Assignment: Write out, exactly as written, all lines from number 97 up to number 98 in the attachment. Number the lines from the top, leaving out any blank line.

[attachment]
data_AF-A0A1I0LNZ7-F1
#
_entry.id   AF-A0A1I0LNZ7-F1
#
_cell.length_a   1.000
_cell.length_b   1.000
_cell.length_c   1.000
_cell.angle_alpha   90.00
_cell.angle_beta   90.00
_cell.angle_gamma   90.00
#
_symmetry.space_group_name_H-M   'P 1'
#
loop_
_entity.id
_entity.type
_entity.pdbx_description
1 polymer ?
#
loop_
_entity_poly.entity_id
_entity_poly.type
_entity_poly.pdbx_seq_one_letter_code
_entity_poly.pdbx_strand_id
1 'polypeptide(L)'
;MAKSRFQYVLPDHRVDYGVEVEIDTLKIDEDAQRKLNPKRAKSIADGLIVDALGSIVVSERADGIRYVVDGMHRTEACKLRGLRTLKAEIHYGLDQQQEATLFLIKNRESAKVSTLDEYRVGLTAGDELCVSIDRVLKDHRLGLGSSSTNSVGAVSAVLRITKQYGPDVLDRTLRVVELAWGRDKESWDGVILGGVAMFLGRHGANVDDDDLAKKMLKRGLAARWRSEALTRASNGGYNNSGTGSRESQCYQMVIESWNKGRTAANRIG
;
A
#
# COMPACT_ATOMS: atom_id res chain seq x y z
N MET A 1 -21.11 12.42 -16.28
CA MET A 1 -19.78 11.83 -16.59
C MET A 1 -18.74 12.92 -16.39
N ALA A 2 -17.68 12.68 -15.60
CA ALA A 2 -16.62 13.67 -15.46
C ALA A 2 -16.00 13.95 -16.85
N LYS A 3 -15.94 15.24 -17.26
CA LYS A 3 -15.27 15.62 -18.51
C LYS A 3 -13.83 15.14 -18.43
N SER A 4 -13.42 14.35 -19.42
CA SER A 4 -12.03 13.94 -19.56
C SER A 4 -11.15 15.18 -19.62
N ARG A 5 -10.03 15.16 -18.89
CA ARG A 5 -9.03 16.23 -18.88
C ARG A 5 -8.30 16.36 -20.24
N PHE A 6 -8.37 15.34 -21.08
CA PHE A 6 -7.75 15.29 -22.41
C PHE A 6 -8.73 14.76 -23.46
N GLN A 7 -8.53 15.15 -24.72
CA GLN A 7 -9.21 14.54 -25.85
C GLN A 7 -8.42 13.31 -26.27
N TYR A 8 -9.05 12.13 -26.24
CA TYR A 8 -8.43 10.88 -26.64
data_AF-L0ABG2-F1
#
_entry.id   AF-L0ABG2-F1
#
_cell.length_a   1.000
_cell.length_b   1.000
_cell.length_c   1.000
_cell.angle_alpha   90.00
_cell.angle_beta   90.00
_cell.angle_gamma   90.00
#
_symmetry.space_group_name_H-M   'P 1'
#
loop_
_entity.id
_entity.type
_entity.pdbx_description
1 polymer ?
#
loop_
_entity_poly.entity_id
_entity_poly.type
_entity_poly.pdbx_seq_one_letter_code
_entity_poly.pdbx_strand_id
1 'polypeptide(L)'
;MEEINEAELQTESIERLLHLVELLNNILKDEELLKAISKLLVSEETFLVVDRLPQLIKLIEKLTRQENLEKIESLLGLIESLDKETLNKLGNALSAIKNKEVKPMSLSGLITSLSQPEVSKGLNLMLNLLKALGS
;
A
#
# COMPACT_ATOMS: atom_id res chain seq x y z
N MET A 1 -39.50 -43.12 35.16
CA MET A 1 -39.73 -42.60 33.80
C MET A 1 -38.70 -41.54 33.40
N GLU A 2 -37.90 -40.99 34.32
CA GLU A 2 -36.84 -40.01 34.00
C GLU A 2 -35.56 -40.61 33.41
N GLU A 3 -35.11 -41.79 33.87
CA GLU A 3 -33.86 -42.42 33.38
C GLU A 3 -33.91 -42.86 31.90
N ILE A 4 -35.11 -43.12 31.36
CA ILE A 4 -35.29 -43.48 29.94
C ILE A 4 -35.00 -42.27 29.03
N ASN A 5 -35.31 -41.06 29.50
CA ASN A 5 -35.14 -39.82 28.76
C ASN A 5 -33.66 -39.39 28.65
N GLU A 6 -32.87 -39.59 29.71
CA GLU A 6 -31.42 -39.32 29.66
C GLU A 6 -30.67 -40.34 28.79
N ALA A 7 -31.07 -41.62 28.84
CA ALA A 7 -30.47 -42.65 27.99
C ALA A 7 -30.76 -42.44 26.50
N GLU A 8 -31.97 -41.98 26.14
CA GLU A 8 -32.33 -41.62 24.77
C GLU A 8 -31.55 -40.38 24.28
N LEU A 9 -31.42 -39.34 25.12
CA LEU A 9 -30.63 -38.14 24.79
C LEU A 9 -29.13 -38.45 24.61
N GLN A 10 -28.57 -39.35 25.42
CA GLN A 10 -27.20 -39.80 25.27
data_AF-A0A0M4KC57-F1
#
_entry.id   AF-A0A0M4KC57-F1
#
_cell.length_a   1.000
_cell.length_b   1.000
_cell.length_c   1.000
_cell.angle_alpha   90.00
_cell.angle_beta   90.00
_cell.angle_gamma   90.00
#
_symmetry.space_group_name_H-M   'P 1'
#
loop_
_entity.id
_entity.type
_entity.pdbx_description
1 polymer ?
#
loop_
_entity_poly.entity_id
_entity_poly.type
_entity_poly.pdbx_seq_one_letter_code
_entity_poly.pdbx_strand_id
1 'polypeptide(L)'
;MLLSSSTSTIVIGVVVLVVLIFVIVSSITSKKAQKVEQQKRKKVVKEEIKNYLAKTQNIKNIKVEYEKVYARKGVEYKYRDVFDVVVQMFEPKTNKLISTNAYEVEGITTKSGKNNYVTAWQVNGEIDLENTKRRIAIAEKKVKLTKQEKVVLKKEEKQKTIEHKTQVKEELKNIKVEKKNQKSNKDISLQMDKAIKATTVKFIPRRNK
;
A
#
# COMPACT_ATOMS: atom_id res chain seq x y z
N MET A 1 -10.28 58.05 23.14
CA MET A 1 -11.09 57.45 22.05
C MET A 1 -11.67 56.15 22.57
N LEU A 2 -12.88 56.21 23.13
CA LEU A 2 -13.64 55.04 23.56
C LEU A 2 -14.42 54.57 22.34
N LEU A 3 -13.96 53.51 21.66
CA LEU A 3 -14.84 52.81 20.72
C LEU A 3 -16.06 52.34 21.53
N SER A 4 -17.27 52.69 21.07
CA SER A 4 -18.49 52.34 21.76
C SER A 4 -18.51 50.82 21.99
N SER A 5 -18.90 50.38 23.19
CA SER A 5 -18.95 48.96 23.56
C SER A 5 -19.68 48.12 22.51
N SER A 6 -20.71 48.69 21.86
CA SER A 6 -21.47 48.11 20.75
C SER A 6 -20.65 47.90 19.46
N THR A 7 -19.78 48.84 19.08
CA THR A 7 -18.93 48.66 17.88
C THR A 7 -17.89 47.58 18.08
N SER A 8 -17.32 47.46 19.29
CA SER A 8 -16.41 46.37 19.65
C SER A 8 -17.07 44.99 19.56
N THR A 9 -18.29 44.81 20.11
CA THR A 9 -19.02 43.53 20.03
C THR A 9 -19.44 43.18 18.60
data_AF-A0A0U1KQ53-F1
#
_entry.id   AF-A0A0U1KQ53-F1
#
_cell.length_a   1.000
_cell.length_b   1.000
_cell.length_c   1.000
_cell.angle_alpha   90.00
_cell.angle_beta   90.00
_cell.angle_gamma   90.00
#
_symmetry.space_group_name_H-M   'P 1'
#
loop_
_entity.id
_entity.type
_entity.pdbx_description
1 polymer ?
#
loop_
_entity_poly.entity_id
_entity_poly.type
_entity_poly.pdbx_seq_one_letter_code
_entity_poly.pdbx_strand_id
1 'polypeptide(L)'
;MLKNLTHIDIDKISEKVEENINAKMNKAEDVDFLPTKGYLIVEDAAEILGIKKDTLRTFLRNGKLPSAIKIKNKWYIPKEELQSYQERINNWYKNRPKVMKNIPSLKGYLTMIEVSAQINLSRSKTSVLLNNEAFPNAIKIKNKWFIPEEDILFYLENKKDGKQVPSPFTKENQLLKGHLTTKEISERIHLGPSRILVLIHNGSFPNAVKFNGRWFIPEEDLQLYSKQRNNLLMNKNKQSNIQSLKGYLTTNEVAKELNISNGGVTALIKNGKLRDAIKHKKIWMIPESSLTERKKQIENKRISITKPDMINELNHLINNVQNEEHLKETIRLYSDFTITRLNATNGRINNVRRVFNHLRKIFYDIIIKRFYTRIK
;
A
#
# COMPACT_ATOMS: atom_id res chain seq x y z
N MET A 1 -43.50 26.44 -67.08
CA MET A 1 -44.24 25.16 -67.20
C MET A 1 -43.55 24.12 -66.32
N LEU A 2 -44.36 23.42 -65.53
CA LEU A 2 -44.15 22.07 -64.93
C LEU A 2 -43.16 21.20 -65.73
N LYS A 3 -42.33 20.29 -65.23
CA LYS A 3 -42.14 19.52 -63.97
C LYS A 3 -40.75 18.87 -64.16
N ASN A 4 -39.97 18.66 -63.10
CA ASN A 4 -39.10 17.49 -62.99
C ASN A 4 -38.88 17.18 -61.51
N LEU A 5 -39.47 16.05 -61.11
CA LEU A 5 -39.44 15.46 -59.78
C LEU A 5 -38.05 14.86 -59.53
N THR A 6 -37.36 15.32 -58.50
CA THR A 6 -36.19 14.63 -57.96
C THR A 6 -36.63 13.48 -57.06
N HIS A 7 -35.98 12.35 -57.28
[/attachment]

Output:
CA ASN A 5 -35.14 -39.82 28.76
C ASN A 5 -33.66 -39.39 28.65